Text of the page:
We design and engineer projects to tie into local distribution infrastructure, paying particular attention to system integrity and reliability. This approach allows us to expedite the development process.
As a matter of practice, we devote considerable, early attention to technical constraints and opportunities, wind resource assessment, and environmental and permitting concerns. Because of our upfront work, we encounter fewer delays and obstacles during development. This leads to a more certain and timely project.
Principally focused on utility-scale distributed generation projects in the 25 to 150 MW range.
- Project sites take advantage of existing transmission capacity effectively bypassing infrastructure constraints.
- Each project site is positioned for future growth with a second phase build-out option.
- Established relationships with numerous rural utilities in the western US.
Under our business model, we concentrate only on those opportunities that have immediate transmission capacity, little or no upgrade costs, exceptional productivity, and ready access to prospective power purchasers while preserving significant long-term expansion upside.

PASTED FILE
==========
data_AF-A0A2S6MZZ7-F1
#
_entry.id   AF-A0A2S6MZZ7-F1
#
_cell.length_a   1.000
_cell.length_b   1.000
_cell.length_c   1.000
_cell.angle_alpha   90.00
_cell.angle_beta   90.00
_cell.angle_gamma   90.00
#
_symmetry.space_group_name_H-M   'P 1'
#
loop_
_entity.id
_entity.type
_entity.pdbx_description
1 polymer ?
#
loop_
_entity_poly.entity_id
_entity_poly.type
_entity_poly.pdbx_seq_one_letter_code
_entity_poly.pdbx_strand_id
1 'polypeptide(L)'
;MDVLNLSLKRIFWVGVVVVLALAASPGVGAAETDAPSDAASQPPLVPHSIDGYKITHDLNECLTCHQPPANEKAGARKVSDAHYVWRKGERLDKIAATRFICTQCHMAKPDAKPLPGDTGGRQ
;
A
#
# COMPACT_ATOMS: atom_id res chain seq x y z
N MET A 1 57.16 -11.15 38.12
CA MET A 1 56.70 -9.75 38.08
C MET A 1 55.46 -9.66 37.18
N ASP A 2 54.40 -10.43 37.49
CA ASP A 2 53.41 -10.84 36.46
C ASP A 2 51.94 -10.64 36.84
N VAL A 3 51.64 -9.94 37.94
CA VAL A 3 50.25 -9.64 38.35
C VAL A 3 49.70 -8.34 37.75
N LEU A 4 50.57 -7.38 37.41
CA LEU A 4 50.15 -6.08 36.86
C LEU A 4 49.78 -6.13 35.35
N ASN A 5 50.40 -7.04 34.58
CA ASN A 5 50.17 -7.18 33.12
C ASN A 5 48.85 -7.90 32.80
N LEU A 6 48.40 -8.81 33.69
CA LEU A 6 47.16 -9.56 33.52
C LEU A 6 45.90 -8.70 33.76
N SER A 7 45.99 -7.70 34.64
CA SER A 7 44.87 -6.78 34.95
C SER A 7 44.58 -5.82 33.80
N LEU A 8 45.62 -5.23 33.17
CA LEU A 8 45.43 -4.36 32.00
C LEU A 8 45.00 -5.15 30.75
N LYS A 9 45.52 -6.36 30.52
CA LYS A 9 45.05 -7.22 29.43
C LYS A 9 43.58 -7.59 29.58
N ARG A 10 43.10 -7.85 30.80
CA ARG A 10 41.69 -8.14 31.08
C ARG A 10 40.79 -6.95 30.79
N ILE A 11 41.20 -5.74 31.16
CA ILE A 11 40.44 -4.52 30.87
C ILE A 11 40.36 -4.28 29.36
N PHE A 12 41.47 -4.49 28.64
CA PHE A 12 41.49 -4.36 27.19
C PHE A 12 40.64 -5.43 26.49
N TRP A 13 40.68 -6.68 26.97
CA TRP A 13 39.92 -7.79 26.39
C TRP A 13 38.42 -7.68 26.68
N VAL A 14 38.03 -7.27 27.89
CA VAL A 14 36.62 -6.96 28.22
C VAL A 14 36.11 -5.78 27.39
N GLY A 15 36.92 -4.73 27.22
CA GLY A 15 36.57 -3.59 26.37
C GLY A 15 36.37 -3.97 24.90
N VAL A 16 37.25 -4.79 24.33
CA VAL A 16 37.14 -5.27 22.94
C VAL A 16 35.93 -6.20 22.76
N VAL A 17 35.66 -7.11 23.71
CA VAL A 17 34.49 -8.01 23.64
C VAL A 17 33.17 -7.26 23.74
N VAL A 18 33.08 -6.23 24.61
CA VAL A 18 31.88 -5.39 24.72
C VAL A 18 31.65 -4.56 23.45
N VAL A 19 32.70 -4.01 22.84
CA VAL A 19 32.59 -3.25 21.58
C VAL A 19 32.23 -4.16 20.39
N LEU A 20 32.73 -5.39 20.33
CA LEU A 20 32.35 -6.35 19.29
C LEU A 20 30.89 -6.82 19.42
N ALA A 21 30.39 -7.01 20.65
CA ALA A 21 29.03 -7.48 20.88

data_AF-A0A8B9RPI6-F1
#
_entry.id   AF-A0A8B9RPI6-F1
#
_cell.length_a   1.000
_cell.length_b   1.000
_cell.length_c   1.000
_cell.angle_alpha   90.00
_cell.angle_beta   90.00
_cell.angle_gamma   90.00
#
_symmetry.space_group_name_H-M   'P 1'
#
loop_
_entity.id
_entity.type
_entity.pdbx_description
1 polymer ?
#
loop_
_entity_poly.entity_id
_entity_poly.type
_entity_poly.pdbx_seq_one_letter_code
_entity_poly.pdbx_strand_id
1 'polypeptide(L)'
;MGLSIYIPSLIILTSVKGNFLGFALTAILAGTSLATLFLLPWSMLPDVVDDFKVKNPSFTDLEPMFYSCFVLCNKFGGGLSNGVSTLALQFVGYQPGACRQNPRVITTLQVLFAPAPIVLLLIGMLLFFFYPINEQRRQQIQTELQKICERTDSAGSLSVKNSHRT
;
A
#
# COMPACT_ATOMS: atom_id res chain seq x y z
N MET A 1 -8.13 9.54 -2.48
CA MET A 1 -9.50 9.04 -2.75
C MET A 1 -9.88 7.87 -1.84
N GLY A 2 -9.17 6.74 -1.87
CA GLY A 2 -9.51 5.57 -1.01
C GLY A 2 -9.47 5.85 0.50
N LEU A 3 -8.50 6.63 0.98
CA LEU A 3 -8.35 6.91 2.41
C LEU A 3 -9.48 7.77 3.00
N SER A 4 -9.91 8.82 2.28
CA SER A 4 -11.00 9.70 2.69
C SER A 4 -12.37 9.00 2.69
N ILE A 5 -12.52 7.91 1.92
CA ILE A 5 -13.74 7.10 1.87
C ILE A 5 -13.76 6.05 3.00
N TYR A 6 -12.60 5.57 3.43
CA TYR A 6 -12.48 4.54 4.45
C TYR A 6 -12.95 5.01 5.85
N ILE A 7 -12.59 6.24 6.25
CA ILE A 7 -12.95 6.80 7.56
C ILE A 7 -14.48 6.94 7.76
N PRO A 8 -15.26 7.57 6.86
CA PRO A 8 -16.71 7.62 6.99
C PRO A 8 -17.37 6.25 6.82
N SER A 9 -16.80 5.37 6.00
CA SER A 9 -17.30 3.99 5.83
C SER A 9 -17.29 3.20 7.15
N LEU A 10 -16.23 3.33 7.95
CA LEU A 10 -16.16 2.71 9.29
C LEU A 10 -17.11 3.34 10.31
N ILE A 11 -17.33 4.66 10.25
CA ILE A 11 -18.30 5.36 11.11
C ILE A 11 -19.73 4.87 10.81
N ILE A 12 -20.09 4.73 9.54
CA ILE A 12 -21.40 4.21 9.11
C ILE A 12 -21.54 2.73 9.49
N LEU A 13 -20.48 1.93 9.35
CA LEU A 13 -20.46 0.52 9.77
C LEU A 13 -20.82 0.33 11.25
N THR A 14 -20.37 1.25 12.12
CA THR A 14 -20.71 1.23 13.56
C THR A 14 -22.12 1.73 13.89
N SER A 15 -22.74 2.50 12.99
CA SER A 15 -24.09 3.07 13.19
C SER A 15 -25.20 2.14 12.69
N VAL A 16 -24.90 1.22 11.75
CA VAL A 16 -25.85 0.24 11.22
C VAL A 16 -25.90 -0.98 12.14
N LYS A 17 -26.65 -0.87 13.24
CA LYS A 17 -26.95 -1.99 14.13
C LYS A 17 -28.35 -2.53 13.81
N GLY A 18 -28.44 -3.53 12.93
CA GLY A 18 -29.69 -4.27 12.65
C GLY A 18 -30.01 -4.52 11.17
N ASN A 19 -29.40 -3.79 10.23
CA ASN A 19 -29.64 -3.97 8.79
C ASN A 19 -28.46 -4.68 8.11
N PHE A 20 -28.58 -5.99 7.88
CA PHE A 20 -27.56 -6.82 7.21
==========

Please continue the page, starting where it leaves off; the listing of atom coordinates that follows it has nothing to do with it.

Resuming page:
- Reduced capital costs – Site locations at point of interconnection take advantage of existing infrastructure and transmission capacity, thereby enabling smaller Phase I (25-75 MW) build-outs in the near term.
- Rapid interconnection process – Smaller Phase I projects bypass transmission constraints and interconnection queues (and associated reservation charges) that impact nearly all large-scale project developments, while grouping of projects allow for efficient economies of scale for construction, operations, and maintenance.
- Multi-phase expansion – Projects sited with ready-access to larger transmission lines scheduled for known future system upgrades permitting second phase expansions in the medium term (3-7 years).
- Contracting flexibility and regulatory benefits – Project sizes allow for potential bilateral negotiations and ability to meet community wind requirements under state RPS/RES legislation.
- Streamlined environmental review – Strategy often allows for minimal timelines needed for environmental and wildlife agency review.
- Solar expansion – Project siting and lease agreements allow for future solar opportunities, an ensuing phase of the Compass development plan.
- Exceptional long-term growth potential – Over 325 electric cooperatives in the western states (900+ nationwide) in addition to ample opportunities through municipalities and public utility districts.